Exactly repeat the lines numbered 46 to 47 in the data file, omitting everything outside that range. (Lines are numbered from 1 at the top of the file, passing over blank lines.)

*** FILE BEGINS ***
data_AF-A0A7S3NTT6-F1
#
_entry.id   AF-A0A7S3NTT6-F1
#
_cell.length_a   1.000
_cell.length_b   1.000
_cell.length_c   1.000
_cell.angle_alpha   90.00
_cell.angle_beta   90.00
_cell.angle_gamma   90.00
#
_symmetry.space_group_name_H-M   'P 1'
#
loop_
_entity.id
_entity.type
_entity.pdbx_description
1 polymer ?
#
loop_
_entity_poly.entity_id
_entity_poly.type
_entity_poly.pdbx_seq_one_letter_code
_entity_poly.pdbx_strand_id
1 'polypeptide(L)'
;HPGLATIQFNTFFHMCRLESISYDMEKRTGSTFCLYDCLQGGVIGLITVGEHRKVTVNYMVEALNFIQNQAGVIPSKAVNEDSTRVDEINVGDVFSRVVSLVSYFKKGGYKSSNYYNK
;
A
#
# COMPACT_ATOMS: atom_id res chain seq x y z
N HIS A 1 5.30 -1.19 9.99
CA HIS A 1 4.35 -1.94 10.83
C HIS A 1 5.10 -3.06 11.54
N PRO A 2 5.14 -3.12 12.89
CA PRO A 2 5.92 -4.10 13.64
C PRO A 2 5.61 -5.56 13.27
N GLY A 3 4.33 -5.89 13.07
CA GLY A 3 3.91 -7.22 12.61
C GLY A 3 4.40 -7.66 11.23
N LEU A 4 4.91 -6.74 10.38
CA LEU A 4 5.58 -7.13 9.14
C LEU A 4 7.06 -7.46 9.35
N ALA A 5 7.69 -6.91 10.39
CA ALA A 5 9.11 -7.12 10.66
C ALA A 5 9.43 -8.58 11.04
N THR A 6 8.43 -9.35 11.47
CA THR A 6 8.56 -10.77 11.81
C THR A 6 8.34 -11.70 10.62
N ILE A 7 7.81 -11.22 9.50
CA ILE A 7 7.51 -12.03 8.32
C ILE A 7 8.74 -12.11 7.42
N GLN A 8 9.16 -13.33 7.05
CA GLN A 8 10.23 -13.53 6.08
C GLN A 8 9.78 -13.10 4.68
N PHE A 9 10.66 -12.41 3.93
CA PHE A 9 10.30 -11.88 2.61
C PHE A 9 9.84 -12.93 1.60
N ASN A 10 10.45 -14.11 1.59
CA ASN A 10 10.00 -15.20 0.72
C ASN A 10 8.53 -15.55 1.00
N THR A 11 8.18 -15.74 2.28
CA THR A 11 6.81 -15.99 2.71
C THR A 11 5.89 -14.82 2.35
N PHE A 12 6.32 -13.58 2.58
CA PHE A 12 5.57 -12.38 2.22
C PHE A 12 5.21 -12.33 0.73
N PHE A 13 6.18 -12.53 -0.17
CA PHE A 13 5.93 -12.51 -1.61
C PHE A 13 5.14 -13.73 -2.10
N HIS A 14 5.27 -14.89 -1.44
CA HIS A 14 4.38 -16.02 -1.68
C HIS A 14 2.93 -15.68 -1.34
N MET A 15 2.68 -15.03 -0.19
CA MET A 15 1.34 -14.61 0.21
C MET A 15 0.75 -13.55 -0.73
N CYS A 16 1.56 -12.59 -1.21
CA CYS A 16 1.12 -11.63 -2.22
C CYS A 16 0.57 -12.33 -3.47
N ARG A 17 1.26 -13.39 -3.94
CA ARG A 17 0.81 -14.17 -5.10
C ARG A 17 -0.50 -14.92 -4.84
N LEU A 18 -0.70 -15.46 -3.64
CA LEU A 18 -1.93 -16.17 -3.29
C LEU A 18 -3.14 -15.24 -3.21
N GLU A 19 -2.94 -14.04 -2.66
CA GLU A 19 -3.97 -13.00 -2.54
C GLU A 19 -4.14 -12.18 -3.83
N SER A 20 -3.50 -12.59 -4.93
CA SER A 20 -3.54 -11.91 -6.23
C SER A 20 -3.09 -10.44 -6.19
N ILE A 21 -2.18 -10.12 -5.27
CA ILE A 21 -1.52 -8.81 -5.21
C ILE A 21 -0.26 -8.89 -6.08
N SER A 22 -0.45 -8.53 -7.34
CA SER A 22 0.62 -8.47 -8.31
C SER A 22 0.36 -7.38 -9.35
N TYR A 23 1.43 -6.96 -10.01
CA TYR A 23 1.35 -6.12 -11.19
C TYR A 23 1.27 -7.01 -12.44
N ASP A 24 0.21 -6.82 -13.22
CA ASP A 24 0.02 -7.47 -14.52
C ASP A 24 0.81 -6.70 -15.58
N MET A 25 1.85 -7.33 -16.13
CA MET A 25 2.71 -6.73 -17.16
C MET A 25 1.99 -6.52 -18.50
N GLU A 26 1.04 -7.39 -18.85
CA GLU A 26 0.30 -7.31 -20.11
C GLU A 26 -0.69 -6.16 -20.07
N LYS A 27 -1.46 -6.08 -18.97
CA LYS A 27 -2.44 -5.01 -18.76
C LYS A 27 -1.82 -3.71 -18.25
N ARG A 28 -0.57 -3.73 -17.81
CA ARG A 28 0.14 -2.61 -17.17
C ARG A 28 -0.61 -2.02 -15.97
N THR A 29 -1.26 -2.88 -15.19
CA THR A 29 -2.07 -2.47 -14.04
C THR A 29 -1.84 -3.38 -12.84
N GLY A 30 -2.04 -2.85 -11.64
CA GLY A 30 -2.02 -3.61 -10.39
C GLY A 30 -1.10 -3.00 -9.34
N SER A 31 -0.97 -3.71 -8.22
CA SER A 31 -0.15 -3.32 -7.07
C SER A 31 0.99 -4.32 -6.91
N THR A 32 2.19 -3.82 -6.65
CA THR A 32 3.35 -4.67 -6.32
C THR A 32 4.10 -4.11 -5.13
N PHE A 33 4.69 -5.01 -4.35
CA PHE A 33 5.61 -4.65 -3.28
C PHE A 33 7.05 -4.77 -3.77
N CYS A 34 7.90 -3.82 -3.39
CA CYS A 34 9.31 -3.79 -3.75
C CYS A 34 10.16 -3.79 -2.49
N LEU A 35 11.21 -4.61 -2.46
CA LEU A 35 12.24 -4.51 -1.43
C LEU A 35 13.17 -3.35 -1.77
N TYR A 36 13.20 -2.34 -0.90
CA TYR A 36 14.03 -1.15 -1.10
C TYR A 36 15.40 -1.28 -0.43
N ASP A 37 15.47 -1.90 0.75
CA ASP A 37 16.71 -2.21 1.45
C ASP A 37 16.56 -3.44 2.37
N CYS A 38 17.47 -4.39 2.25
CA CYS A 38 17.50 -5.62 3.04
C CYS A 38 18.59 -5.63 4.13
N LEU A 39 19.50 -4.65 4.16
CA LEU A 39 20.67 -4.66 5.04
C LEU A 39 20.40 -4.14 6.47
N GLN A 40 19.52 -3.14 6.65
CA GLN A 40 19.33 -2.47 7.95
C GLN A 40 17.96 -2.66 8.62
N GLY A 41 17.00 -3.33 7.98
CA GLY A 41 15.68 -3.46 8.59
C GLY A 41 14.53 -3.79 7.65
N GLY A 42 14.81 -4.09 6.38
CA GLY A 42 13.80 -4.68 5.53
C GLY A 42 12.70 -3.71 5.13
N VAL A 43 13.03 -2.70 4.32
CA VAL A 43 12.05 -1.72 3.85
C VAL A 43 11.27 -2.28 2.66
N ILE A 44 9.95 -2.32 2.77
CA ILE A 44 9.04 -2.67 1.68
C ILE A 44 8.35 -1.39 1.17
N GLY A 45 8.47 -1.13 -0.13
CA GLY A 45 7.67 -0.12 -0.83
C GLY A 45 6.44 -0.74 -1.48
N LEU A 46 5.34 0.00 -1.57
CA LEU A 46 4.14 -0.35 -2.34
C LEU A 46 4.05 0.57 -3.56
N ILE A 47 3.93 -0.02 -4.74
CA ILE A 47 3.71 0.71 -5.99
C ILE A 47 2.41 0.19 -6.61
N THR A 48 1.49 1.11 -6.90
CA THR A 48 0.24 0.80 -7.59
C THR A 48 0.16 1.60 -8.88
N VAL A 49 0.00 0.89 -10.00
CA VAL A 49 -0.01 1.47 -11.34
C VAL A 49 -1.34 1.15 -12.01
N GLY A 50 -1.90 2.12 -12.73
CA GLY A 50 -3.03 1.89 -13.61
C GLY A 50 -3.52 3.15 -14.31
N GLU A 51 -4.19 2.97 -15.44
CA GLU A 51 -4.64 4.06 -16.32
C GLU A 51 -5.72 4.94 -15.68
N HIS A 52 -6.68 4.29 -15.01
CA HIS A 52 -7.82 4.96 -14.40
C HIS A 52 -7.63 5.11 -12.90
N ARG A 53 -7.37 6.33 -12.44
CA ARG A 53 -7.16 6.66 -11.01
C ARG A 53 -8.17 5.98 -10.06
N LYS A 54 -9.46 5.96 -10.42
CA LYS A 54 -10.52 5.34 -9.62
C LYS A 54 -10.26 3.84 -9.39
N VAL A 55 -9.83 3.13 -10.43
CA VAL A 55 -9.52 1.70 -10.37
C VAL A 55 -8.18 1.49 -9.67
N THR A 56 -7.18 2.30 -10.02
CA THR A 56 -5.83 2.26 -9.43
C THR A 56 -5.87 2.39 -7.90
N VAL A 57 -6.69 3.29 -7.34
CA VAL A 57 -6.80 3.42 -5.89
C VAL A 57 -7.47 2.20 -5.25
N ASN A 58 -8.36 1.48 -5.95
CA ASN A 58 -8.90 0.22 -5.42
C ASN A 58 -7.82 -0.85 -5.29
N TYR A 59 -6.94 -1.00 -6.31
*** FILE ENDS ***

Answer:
N THR A 6 8.43 -9.35 11.47
CA THR A 6 8.56 -10.77 11.81